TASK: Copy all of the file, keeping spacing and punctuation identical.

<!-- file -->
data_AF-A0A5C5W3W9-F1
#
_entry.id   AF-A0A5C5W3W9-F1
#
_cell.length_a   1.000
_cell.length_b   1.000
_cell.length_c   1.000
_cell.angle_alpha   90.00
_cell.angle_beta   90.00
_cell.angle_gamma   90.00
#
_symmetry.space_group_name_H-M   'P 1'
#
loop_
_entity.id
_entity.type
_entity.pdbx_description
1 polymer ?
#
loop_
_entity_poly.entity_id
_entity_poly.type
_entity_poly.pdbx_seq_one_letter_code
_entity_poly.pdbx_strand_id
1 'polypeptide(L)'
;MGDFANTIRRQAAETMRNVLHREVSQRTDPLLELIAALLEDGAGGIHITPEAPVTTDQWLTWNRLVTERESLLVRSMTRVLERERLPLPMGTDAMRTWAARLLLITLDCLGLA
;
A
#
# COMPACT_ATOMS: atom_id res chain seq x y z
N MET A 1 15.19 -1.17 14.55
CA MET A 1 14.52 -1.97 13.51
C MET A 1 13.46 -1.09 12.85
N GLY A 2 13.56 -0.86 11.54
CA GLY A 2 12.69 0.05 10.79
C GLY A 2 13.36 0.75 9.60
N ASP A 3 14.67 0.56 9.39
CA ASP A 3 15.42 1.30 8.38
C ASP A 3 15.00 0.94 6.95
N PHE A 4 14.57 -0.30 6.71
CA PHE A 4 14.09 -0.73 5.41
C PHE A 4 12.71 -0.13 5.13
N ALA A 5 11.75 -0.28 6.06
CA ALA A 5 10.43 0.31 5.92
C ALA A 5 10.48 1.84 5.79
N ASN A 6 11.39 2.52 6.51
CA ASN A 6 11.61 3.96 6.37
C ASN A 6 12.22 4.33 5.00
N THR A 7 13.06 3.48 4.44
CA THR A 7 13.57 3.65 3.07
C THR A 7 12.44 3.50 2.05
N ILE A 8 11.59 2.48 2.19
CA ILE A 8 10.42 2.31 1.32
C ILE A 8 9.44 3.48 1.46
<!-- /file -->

data_AF-A0A5C5W3W9-F1
#
_entry.id   AF-A0A5C5W3W9-F1
#
_cell.length_a   1.000
_cell.length_b   1.000
_cell.length_c   1.000
_cell.angle_alpha   90.00
_cell.angle_beta   90.00
_cell.angle_gamma   90.00
#
_symmetry.space_group_name_H-M   'P 1'
#
loop_
_entity.id
_entity.type
_entity.pdbx_description
1 polymer ?
#
loop_
_entity_poly.entity_id
_entity_poly.type
_entity_poly.pdbx_seq_one_letter_code
_entity_poly.pdbx_strand_id
1 'polypeptide(L)'
;MGDFANTIRRQAAETMRNVLHREVSQRTDPLLELIAALLEDGAGGIHITPEAPVTTDQWLTWNRLVTERESLLVRSMTRVLERERLPLPMGTDAMRTWAARLLLITLDCLGLA
;
A
#
# COMPACT_ATOMS: atom_id res chain seq x y z
N MET A 1 15.19 -1.17 14.55
CA MET A 1 14.52 -1.97 13.51
C MET A 1 13.46 -1.09 12.85
N GLY A 2 13.56 -0.86 11.54
CA GLY A 2 12.69 0.05 10.79
C GLY A 2 13.36 0.75 9.60
N ASP A 3 14.67 0.56 9.39
CA ASP A 3 15.42 1.30 8.38
C ASP A 3 15.00 0.94 6.95
N PHE A 4 14.57 -0.30 6.71
CA PHE A 4 14.09 -0.73 5.41
C PHE A 4 12.71 -0.13 5.13
N ALA A 5 11.75 -0.28 6.06
CA ALA A 5 10.43 0.31 5.92
C ALA A 5 10.48 1.84 5.79
N ASN A 6 11.39 2.52 6.51
CA ASN A 6 11.61 3.96 6.37
C ASN A 6 12.22 4.33 5.00
N THR A 7 13.06 3.48 4.44
CA THR A 7 13.57 3.65 3.07
C THR A 7 12.44 3.50 2.05
N ILE A 8 11.59 2.48 2.19
CA ILE A 8 10.42 2.31 1.32
C ILE A 8 9.44 3.48 1.46